Continental Develops a ‘Road AND Driver' Camera System for Autonomous Vehicles

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【Summary】Global auto parts supplier Continental AG developed what it calls a “Road AND Driver” camera for automated vehicles that monitors both the driver and traffic in front of the vehicle. The dual-camera system continuously detects whether a driver is paying attention to the road, while at the same time monitors the vehicle's surroundings.

Eric Walz    Sep 20, 2019 5:30 AM PT
Continental Develops a ‘Road AND Driver' Camera System for Autonomous Vehicles

Although self-driving cars have not officially arrived yet, many automakers are working on Level 3 autonomy and advanced driver assist systems (ADAS), which handle some of the driving tasks, such as keeping the vehicle centered in a highway lane or automatically keeping up with the flow of traffic. Tesla's Autopilot feature is one example.

Global auto parts supplier Continental AG has developed what it calls a "Road AND Driver" camera, that monitors both the driver and traffic in front of the vehicle. The dual-camera system continuously detects whether the driver is paying attention to the road, while also monitoring the surroundings. 

Continental says the camera provides a holistic model of the environment and is a prerequisite for the safe deployment self-driving vehicles.

The challenge for automakers is designing a system for a vehicle that is partially automated, but still allows a human driver to quickly take over in certain situations. To achieve this, both a view of the road ahead and passenger cabin is required, according to Continental.

The Road AND Driver camera is located behind the windshield of the vehicle, above the rear-view mirror and faces the driver. It's installed at the same location as existing forward-facing cameras in newer vehicles. The secondary lens is aimed at the road ahead and provides the data for the vehicle's ADAS.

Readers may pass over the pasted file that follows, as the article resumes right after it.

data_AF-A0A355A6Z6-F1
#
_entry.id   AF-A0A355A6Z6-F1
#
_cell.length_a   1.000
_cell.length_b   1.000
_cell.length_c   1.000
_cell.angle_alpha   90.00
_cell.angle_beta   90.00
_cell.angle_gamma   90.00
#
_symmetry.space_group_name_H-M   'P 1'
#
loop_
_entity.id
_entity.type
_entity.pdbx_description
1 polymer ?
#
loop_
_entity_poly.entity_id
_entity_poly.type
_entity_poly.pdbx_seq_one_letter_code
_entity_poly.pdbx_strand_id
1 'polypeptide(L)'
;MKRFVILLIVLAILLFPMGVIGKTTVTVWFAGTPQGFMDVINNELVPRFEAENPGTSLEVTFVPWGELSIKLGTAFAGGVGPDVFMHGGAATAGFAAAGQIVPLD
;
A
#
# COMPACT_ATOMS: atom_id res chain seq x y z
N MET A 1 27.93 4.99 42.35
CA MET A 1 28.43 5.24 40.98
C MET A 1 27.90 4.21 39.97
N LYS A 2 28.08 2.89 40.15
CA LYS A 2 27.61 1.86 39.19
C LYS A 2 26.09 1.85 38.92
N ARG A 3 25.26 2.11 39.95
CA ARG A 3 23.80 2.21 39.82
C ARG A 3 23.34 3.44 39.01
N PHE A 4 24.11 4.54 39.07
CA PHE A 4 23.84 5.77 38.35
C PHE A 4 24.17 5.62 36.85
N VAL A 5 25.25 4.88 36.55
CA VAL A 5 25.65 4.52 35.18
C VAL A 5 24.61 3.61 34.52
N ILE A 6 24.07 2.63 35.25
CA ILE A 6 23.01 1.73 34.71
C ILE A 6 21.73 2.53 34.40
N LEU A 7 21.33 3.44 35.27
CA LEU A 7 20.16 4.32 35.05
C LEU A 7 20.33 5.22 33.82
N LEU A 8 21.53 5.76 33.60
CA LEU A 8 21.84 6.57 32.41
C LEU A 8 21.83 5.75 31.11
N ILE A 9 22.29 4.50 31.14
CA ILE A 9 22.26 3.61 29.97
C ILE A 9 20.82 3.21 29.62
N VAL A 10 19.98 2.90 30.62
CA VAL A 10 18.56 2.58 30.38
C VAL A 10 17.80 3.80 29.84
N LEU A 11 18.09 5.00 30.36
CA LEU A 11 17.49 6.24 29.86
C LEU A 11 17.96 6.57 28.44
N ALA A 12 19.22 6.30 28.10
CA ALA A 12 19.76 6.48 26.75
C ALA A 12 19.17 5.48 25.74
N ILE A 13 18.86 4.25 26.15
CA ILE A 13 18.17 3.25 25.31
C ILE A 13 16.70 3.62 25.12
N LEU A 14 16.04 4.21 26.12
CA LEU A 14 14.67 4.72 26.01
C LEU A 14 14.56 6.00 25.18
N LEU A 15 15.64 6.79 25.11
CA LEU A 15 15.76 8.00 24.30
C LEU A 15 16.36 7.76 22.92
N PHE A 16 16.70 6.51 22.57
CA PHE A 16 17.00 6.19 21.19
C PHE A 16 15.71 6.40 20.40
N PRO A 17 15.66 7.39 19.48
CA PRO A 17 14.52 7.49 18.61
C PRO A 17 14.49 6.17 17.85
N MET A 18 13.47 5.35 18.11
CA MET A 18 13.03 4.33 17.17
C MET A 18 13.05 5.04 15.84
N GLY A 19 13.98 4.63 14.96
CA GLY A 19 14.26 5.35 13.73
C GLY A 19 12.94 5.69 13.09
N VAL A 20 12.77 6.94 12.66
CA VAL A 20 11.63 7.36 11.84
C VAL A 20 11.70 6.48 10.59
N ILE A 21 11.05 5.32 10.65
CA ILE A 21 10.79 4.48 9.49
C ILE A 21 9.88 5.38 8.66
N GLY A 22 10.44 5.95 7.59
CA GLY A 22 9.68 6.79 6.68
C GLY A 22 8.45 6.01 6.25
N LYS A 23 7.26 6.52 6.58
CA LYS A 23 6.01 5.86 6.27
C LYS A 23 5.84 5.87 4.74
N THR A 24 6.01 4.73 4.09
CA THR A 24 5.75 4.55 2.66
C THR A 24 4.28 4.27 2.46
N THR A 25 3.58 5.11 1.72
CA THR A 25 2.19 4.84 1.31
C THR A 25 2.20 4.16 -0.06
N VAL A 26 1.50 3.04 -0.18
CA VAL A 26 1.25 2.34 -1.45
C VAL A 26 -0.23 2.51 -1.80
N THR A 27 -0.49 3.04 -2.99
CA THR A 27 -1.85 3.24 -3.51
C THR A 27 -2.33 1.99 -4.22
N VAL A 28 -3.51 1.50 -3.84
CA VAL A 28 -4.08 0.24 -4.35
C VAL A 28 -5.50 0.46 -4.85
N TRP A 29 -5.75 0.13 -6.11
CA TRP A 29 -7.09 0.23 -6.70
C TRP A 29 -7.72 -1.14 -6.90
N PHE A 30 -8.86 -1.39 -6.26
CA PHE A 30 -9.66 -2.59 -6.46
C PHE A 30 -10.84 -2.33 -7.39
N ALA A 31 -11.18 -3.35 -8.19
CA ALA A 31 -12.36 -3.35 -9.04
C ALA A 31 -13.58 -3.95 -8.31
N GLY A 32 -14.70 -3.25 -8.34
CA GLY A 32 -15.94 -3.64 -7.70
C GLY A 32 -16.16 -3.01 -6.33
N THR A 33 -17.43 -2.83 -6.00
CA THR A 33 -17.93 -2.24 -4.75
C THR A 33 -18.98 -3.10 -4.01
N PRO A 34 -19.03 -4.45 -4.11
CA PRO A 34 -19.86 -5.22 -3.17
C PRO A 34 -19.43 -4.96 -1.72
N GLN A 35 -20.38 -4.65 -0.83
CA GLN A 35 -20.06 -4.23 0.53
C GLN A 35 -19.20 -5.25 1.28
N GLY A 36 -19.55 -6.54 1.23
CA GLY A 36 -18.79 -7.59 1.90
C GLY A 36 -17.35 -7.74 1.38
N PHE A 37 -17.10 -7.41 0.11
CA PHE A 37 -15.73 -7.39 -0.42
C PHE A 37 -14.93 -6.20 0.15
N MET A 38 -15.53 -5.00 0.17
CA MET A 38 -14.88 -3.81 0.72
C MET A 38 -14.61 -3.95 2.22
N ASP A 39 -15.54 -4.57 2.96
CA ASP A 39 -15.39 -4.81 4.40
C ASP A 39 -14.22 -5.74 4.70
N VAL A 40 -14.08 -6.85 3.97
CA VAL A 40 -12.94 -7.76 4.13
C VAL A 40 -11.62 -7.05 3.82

The camera data is continuously evaluated by software, and shows for example, whether the driver is attentive, distracted or is looking at a smartphone. The interior camera can also detect direction of the driver's gaze and if their hands are on the steering wheel.

The software can determine if driver is ready to take over. If not, the vehicle will not suddenly try to hand over control, creating an additional layer of safety. In addition to conventional computer vision processing, neural networks are used that can be scaled to match the robustness of the available hardware, according to Continental.

"Thanks to the new camera system, vehicle and driver are constantly aware of one another. Ultimately, this comes down to trust. The human can rest assured that the technology will not abruptly hand back responsibility without warning, but that this will take place according to clear and comprehensible criteria," says Georg Binder, Head of Strategy & Planning, Advanced Driver Assistance System business unit at Continental.

Distraction, fatigue, or forgetting about small children or sleeping babies in the backseat of a vehicle are also risks that can be minimized by Continental's new camera system.

According to Continental, automated driving will be possible only when the transition between "automated" and "manual" driving modes is safe and reliable. Drivers must be able to trust that the vehicle will hand over responsibility only when they are ready to accept it.

Cameras combined with lidar and radar are becoming an integral part of the sensor suite for autonomous vehicles. The latest generation of vehicle cameras have excellent, better than human night vision capabilities and high image resolution along with a 125-degree field of view, enabling cross-traffic objects to be detected even earlier at intersections. 

The data from the interior camera is not only evaluated for the safe transfer of driving functions. With the aid of a "Occupant Safety Monitor" it can also be used to adapt passive safety systems such as seatbelts and airbags to the prevailing situation. The deployment of airbags, for example, can be tailored to the situation detected in the interior in order to optimize its protective effect.

An important aspect of the Road AND Driver camera is that the data is evaluated frame by frame, but is not recorded, eliminating concerns about data privacy over what is captured inside the vehicle.

"The focus is solely on interpreting the prevailing situation in the vehicle in order to increase the safety of the occupants and other road users," says Andreas Forster, Next Generation Technology manager in Continental's Passive Safety & Sensorics business unit.

Series production of the "Road AND Driver" camera is planned for 2021, around the same time The first automated vehicles are expected to be on the roads, equipped with camera systems to monitor the road and the interior. 

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